Starbucks' Founder Schultz Resumes Leadership Role as Chain Faces Challenges

Airlines See Revenue Opportunities

It’s a case of “meet the new boss, same as the old boss” at Starbucks Corp. (SBUX). 

The coffee retailer announced CEO Kevin Johnson will be retiring April 4 and replaced by company founder and former longtime CEO Howard Schultz on an interim basis. Johnson joined the Starbucks board in 2009, became president and COO in 2015, and replaced Schultz in 2017.  

The company said as founder and architect of its culture, Schultz is “singularly qualified” to lead Starbucks as it navigates the aftermath of the COVID-19 pandemic and socioeconomic forces impacting all its stakeholders. Schultz will also assist in the search for a new CEO. 

Third Term as CEO

Schultz was CEO twice before, first from 1986 to 2000 and then again from 2008 to 2017. He is credited with turning the company from a small, 11-store operation into an international powerhouse, now with 28,000 locations in 77 countries and an annual revenue in 2021 of $24.6 billion. 

Schultz explained he didn’t plan to return, but felt a responsibility to help transform Starbucks once again to “meet a new and exciting future.” 

The news is sending shares of Starbucks up 6%.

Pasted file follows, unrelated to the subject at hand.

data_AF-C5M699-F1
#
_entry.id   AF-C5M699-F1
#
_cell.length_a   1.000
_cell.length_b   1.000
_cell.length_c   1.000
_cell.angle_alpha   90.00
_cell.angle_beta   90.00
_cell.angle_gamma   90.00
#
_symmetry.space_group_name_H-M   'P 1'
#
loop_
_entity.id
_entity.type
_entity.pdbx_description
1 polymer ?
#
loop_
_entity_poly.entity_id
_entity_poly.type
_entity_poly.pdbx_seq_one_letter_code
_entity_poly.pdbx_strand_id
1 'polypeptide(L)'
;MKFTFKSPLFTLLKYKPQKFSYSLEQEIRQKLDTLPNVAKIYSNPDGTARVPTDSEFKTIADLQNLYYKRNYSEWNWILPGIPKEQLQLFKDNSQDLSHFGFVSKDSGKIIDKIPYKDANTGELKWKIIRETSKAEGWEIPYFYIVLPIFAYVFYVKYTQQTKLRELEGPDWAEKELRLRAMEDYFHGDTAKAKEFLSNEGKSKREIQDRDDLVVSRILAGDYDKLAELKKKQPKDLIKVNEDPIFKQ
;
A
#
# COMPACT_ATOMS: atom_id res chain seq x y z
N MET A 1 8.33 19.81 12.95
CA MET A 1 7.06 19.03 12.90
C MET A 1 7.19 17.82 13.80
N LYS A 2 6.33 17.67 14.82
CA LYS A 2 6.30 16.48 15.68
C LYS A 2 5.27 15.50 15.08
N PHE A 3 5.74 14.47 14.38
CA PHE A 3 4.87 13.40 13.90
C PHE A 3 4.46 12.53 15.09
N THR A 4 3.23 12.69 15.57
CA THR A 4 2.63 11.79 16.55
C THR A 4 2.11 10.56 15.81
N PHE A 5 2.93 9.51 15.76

Brighter Skies for Airlines

Airline companies say skies are looking blue, as several of the biggest U.S. carriers raised their revenue forecasts as more consumers are looking to fly.

United Airlines Holdings Inc. (UAL) reported that demand for travel following the peak of the omicron variant of COVID-19 in January exceeded its previous expectations. It now anticipates first quarter total operating revenue to be near or better than its previous guidance of 20% to 25% below that of the first quarter of 2019. 

Southwest Airlines Co. (LUV) also said it's seeing “improvement in revenue trends” this month as cases of the virus decrease. The company expects operating income in the current quarter to be 8% to 10% lower than two years ago. That’s up from its earlier estimate of a drop of 10% to 15%. 

 Offsetting Fuel Costs

American Airlines Group Inc. (AAL) changed its quarterly revenue guidance from a decline of 20% to 22%, to approximately 17% below 2019 levels. American expects the jump in sales to more than offset fuel and other expenses.  

Delta Air Lines Inc. (DAL) predicted first quarter revenue to be 78% of that of 2019. In January it said sales could be as low as 72%. As with American, Delta believes the gains will be greater than the higher costs it will face for fuel. 

JetBlue Airways Corp. (JBLU) noted its current quarter sales will be down 6% to 9% from two years ago, as opposed to its earlier estimate of a 11% to 16% decline. 

Also helping boost airline shares was the 7% drop in oil prices. 

The Dow Jones U.S. Airlines Total Stock Market Index is surging again today after yesterday's big gain.

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